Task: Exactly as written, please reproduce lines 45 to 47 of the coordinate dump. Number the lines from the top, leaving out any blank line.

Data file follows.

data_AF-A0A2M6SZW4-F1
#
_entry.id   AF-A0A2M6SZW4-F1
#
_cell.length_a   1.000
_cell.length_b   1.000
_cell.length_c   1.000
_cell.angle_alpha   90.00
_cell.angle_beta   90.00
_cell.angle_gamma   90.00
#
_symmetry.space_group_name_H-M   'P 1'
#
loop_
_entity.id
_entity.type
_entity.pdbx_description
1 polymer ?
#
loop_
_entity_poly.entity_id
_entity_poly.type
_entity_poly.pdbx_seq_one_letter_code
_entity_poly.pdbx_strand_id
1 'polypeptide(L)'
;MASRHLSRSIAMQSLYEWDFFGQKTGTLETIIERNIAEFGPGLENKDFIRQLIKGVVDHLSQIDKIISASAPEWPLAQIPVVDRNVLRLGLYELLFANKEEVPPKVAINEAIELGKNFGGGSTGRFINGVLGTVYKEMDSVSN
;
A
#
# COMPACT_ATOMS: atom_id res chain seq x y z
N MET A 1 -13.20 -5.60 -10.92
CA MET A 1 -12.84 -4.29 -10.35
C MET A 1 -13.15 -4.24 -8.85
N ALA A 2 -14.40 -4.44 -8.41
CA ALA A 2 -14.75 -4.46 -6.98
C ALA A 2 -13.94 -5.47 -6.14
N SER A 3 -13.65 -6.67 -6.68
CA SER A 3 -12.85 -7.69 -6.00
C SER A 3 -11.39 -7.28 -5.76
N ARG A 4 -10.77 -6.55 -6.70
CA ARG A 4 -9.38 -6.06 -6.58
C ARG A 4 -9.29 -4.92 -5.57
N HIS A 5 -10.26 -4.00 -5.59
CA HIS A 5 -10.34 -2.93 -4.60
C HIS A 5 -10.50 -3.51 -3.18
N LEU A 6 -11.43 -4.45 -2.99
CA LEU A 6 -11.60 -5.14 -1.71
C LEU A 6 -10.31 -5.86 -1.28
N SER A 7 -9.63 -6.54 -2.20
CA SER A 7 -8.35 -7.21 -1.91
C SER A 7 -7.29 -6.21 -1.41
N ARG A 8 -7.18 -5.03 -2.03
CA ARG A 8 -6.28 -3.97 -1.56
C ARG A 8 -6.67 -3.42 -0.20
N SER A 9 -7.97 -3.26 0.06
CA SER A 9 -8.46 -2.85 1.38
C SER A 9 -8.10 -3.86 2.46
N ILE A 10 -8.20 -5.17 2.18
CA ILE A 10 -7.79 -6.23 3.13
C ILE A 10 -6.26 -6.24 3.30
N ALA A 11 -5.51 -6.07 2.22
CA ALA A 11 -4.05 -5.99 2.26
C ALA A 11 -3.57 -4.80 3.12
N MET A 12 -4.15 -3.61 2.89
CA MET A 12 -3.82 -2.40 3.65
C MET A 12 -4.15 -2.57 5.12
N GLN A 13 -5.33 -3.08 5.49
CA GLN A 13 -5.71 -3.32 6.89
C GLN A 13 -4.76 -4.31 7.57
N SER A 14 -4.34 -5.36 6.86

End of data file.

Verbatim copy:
C HIS A 5 -10.50 -3.51 -3.18
N LEU A 6 -11.43 -4.45 -2.99
CA LEU A 6 -11.60 -5.14 -1.71